Leicestershire v Essex, Grace Road, County Championship, Day 4, 19th May 2012
Well, you can’t say they didn’t try to make a game of it, but, as I was remarking just the other week, Fortuna Imperatrix Mundi Est (in this case, in the person of Peter Willey).
I have seen fears expressed that our old friend the contrived finish might be a victim of sensitivity to accusations of match fixing but that didn’t seem to be the case at Grace Rd. yesterday. Certainly any shady Indian betting syndicates who’d thought to put a few million rupees on Wayne White scoring a 12 ball 50 would have been considerably better off by the afternoon.
The start of play was delayed until 1.30 by persistent mizzle. The personable Tymal Mills, fielding on the boundary, relayed the news to us that the arrangement was that Leicestershire were going to be setting Essex a target of 270 (I didn’t see anyone on their ‘phones to Ladbrokes at this point).
I think most of us secretly like a bit of declaration bowling (perhaps something to do with the carnivalesque reversal of the normal roles and rules) and Josh Cobb added to the humour of the situation by being caught behind off his second ball from Adam Wheater (his second ball in first class cricket). As a freebie century would have done his average a power of good, Cobb may not have enjoyed the joke as much. Ronnie Sarwan was two short of his century when he skied it straight to Tymal Mills, who must have been wondering what the etiquette was in these situations, before taking the catch. In his current form, Sarwan might have done better to play his normal game.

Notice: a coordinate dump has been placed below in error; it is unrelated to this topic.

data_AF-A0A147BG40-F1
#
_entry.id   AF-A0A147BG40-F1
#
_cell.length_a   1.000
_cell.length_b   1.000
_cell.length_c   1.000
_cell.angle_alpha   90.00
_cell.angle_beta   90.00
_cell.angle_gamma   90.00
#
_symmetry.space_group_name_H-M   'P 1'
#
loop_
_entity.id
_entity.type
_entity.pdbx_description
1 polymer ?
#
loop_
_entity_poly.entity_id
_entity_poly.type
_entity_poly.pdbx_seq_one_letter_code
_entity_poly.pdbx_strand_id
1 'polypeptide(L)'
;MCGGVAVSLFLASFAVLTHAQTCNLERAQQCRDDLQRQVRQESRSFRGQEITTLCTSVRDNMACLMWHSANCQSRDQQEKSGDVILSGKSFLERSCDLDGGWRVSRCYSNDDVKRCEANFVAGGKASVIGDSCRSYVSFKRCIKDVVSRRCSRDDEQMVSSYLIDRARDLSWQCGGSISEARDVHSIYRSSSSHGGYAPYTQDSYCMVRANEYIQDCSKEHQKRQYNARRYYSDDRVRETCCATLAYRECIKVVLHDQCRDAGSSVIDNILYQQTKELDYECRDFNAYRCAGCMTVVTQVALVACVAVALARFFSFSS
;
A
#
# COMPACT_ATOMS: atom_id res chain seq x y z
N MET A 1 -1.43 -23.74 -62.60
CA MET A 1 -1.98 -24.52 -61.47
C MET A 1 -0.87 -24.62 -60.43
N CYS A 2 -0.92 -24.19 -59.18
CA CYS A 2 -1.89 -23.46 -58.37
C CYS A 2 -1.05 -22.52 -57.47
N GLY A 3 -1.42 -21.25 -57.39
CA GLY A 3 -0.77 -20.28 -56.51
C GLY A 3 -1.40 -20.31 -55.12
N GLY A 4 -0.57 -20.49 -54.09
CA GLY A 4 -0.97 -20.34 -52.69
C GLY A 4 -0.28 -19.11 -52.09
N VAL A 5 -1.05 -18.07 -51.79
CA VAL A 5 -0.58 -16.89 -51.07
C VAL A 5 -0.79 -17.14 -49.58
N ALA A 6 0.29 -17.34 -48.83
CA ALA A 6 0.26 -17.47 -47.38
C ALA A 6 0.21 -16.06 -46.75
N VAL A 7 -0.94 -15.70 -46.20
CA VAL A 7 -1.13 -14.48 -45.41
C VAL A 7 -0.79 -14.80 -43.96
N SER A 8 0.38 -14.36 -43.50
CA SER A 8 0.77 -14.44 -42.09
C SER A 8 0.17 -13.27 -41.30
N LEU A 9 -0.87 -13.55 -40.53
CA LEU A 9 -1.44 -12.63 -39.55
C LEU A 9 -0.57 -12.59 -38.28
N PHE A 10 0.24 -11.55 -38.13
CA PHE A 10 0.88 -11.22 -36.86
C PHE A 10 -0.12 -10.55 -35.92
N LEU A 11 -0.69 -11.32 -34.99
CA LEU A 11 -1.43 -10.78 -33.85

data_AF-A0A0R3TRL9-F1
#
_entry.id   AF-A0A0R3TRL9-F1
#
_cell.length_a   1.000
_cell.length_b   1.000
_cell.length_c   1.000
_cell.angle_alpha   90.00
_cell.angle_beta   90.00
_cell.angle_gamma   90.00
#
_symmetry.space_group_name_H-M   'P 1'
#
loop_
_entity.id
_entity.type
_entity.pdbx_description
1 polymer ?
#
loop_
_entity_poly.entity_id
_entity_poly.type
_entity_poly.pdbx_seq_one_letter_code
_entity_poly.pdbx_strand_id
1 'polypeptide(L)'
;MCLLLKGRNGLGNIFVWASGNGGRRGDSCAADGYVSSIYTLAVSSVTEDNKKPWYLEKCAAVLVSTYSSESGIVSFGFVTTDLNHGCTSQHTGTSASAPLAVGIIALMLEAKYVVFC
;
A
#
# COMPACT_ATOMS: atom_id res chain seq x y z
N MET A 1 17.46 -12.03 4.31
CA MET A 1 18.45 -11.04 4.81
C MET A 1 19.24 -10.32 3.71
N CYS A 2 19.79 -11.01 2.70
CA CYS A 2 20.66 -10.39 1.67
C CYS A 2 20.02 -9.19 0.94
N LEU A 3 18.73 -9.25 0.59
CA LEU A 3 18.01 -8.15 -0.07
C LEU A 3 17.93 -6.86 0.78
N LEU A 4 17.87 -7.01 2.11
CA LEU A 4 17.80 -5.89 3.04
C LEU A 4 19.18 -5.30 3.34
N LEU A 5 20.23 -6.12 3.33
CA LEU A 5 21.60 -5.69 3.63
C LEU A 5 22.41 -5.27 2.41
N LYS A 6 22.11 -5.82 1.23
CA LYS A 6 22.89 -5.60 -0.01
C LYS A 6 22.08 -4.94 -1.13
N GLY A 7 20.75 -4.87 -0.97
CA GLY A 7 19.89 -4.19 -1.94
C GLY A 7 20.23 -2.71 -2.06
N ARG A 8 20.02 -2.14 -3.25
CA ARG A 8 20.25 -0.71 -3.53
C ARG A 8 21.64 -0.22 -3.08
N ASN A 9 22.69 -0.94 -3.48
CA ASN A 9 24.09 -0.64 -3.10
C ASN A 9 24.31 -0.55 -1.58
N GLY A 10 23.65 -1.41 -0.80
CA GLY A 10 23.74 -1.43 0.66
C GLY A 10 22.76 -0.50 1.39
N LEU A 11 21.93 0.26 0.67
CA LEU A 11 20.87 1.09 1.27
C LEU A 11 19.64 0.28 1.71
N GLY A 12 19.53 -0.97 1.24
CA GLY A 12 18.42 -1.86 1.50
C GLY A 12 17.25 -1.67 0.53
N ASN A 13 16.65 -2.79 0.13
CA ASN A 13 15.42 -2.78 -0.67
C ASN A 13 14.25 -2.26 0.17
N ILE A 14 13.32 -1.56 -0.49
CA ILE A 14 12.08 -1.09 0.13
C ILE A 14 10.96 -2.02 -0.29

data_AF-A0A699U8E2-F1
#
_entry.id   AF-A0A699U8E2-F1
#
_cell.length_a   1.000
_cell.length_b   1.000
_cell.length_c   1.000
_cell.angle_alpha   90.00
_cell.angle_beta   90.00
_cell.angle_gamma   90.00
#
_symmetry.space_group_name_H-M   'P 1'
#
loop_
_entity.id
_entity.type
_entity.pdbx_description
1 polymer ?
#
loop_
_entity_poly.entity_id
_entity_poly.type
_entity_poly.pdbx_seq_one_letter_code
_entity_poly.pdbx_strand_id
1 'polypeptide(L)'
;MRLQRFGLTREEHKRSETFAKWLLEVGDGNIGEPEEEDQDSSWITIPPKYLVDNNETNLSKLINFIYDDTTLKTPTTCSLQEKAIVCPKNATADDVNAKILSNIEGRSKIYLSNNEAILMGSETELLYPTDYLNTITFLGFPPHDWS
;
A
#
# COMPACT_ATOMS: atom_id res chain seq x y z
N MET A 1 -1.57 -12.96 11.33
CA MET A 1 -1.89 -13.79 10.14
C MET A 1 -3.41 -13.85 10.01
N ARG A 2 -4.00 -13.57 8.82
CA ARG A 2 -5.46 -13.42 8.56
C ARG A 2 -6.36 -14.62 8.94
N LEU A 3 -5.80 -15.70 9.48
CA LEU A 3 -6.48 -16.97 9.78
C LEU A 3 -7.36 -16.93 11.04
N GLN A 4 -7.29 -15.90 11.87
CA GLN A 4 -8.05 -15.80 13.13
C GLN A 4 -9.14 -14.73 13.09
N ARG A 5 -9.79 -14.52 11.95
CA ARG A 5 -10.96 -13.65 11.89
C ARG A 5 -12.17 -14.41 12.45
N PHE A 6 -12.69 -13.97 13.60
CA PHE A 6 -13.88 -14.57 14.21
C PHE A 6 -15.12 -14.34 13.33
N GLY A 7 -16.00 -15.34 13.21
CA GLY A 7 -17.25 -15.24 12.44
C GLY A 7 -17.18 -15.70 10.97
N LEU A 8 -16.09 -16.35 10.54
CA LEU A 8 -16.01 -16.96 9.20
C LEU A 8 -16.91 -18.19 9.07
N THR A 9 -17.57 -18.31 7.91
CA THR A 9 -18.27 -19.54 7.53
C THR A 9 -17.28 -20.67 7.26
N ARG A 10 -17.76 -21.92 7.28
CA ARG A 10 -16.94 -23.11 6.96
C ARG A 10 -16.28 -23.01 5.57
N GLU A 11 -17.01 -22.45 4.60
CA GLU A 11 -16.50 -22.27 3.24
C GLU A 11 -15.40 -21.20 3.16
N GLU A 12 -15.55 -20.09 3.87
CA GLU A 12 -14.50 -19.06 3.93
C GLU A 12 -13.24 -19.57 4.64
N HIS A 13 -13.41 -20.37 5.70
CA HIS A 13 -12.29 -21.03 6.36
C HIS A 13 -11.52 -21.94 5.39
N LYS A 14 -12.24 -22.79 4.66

Someone behind me pointed out – as slow half volleys were served up and the crowd cowered under a hail of sixes – it was just like watching the IPL (without the music, or the spectators). Apart from White’s 12 ball 50, Ned Eckersley bagged 70 off 19 balls and they can both be expecting an approach from the Deccan Chargers any time soon.
Mission accomplished, Essex began their reply and looked in all sorts of trouble against Leicester’s pace trio of Hoggard, Buck and Joseph. So much so that, after about an hour, they all came off the field again, citing Bad Light. Umpires Willey and Lloyds made a series of further inspections
but after a brief resumption the match was called off shortly before four o’clock.
Most counties would regard coming off for Bad Light as an anachronism, but Grace Road is one of the few grounds (I think) that does not have permanent floodlights yet. One day I expect to see the last abandonment for Bad Light, which will be a bit like witnessing the last cavalry charge,or the last native speaker of Manx.
In case any readers new to cricket are confused about the difference between Good and Bad Light, this
is Good Light (the divine light that emanates from the throne of God and his Angels), and this
is Bad Light, the kind brought by Lucifer himself.
You can always tell that T20 is in the offing because strange objects begin to make their appearance around the ground a few weeks in advance. Last year they were in connection with the Hawaian theme adopted for the T20 season, but this year’s theme is more of a mystery.
These two objects
might be sentry boxes, or perhaps Edwardian bathing huts. Their use can only be guessed at. Perhaps the umpires will stand in them and emerge, dressed in Edwardian bathing costumes, to hold up signs indicating which kind of weather is causing the game to be abandoned. Or perhaps they’re planning to replace the cricket with a swimming gala.
Leicestershire are still second to bottom of Division 2, largely because of the points deducted for a slow over rate in their victory over Glamorgan. Perhaps we should give up and try again in July, when the weather might have improved. (Exactly what we will be doing, of course).